The cost of the American health care system would have been enormous.
$ 5.000 per patient per month would have been expected. Furthermore, it had to be taken into account that a decisive positive change in the patient could only be noticed after about 6 to 7 months.
The FDA (Federal Drug Administration), the highest US health authority, and the AMA (American Medical Administration), following an intensive review of the Kaali patent, produced the following, ethically and financially justified rejection:
• The "in vitro" method is ethically unacceptable
• The patient had to endure unreasonable long-term interventions
• The surgical effort is enormous
• This creates considerable risks for the patient
• The cost of one implantation each is over $ 5.000
• That would ruin the American health care system given the many HIV infections (1993)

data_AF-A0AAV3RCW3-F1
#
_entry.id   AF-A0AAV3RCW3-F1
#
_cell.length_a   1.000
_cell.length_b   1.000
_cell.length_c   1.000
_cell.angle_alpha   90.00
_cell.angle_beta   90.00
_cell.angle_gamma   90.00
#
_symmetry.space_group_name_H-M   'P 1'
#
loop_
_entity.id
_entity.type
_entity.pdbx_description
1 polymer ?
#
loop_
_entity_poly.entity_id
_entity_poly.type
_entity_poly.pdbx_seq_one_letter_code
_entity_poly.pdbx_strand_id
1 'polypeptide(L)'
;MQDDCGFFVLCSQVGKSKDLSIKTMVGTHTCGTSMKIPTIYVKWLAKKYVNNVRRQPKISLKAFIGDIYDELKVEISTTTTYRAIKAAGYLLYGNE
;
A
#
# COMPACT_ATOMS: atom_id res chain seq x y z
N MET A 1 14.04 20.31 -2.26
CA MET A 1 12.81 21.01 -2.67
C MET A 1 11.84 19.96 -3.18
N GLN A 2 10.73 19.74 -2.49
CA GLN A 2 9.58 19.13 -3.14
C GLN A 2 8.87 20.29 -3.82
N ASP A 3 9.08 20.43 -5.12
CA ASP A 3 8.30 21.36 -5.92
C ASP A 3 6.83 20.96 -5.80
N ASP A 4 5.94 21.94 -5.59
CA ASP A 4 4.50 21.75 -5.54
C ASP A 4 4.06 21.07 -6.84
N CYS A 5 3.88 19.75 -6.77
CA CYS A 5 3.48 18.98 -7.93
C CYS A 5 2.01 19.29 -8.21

On the basis of the US patent 5.139.684, research and documentation was carried out that the blood electrification works with viruses, bacteria etc. The necessary scientific evidence was attached to the patent.
Due to the technology at the time, the patent could not be applied to the patient in this form, which is why it was not used in the medical sense.
Dr. However, Robert Beck made this patent the basis of his further research and launched his Beck blood zapper some time later.
This device was small and handy, inexpensive and could be used on the patient without restrictions.